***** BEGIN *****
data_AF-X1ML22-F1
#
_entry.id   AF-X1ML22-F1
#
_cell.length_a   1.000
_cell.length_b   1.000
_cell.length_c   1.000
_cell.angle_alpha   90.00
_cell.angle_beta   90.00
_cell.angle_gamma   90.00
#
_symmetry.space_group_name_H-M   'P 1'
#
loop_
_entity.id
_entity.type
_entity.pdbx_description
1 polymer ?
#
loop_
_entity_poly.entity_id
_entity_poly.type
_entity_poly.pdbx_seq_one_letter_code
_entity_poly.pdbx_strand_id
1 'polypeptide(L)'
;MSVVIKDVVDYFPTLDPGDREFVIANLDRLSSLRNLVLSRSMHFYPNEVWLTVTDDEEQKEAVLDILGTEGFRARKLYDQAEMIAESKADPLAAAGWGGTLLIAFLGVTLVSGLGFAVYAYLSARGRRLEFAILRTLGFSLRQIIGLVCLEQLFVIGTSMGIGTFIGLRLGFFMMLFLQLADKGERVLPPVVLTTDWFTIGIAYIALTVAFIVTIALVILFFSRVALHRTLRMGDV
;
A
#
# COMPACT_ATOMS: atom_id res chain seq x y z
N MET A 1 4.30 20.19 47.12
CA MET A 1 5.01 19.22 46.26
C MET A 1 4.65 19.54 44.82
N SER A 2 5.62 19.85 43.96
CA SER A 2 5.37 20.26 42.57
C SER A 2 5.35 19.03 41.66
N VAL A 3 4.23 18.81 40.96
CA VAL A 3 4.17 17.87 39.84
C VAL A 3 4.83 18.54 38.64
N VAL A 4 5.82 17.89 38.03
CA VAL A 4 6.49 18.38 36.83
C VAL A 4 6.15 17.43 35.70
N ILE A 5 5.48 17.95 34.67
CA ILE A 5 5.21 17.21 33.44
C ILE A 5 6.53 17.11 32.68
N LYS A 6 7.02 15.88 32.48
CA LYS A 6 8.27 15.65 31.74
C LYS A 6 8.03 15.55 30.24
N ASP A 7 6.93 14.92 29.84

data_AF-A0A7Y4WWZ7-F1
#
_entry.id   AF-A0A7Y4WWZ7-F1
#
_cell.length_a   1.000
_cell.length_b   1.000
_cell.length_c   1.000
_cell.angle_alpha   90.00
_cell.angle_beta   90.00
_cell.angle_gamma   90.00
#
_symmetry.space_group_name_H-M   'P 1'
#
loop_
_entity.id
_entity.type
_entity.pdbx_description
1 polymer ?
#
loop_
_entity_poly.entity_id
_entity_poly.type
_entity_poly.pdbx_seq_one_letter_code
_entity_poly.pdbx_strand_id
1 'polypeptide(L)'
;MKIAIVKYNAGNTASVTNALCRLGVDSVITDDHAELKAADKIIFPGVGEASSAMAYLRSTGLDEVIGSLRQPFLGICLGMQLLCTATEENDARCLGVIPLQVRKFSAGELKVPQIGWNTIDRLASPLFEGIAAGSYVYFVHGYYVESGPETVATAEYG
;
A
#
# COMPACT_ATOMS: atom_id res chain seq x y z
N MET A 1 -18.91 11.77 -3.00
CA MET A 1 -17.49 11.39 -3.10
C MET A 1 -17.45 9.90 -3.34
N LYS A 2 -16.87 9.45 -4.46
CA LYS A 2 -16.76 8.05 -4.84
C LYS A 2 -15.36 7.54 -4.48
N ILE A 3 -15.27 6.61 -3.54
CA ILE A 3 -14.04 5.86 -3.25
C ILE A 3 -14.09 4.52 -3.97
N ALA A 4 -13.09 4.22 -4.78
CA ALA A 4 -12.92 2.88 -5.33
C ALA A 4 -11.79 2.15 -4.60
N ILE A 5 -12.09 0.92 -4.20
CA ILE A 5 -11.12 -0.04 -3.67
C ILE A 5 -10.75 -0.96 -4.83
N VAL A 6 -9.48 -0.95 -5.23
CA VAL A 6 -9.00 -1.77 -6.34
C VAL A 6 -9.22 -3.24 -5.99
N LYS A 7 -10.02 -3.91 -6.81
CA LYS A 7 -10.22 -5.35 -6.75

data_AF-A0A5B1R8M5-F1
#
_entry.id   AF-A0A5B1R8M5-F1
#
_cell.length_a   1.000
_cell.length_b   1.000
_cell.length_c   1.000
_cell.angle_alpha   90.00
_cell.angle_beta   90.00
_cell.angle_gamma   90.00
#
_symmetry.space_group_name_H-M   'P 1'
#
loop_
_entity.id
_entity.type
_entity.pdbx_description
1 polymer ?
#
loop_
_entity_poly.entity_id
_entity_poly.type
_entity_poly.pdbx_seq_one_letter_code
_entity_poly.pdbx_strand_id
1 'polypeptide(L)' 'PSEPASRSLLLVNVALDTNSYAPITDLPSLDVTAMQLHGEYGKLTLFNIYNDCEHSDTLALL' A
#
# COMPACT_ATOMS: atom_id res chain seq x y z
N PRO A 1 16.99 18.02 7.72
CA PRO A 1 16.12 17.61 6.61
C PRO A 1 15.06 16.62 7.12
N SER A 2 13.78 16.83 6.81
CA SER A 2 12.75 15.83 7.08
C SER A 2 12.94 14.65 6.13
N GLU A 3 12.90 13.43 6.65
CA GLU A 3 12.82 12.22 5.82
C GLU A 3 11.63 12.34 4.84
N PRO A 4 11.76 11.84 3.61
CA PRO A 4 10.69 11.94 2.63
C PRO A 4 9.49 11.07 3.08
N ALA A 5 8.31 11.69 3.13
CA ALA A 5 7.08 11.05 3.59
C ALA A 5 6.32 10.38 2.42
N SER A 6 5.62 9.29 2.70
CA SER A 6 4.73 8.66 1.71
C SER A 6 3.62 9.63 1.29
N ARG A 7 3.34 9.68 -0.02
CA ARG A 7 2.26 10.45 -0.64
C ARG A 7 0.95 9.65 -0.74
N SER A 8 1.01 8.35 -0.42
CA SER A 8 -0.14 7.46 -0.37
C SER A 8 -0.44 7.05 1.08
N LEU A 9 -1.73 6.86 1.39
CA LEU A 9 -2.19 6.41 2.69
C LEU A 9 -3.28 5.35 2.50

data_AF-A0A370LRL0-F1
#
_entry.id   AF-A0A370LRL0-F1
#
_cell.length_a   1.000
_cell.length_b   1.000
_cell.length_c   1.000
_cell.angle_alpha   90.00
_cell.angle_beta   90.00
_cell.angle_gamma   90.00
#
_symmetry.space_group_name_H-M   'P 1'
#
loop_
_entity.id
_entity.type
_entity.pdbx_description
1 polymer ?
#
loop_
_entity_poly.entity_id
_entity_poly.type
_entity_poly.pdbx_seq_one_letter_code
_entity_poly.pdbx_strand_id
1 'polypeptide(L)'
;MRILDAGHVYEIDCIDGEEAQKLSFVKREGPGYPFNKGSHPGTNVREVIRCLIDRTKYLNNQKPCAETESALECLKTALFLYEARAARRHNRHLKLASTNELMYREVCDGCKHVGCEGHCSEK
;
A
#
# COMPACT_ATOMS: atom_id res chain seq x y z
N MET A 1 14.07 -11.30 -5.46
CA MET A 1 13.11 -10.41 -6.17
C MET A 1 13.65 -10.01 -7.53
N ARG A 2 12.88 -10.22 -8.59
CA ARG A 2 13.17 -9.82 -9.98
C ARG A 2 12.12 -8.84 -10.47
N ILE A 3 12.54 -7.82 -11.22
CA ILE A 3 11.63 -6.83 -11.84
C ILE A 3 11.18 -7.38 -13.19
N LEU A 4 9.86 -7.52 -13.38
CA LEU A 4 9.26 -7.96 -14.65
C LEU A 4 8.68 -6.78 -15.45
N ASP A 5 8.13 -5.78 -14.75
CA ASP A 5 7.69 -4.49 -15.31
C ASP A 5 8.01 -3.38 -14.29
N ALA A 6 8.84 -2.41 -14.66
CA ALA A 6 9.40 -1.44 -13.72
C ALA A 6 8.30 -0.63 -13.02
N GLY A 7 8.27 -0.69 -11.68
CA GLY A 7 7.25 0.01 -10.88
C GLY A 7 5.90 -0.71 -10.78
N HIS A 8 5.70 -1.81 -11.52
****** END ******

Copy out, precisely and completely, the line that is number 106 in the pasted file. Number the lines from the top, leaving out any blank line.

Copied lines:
_cell.length_c   1.000